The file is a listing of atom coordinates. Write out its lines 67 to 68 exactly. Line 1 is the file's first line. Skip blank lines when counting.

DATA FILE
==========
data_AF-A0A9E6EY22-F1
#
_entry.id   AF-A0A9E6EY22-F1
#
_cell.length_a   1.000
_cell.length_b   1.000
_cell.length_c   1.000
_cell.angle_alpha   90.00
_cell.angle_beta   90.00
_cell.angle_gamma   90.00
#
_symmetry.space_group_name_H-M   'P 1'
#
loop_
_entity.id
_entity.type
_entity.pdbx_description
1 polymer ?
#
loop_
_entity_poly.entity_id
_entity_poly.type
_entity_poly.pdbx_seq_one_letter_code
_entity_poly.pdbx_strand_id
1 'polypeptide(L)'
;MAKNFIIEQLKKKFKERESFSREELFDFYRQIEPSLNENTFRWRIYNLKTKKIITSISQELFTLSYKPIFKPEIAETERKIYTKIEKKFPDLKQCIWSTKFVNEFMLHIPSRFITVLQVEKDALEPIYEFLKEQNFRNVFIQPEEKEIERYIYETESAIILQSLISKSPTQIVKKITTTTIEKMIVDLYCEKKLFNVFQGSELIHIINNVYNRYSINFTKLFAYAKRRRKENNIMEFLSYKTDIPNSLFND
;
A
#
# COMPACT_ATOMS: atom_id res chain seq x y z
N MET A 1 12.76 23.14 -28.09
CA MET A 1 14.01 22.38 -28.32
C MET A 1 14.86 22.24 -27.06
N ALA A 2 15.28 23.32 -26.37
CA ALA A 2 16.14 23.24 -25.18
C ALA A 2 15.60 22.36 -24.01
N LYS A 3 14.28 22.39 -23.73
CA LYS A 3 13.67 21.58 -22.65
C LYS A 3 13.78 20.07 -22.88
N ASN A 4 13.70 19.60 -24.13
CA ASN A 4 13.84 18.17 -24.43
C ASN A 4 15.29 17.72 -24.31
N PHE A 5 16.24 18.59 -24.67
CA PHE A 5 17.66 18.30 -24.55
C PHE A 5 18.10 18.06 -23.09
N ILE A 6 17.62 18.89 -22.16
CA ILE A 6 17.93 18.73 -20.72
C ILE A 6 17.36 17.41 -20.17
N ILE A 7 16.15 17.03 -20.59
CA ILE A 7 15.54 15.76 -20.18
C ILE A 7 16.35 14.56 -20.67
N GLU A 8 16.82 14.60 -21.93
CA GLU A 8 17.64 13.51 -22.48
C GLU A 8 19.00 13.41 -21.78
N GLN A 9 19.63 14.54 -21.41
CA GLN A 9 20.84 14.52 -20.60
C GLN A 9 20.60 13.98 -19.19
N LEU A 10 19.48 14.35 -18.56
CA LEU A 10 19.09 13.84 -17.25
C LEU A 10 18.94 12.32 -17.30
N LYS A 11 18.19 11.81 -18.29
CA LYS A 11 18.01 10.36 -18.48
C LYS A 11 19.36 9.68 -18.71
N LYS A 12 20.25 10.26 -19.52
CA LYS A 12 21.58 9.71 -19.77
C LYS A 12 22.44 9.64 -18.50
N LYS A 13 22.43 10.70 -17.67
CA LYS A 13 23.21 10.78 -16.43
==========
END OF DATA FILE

N LYS A 13 22.43 10.70 -17.67
CA LYS A 13 23.21 10.78 -16.43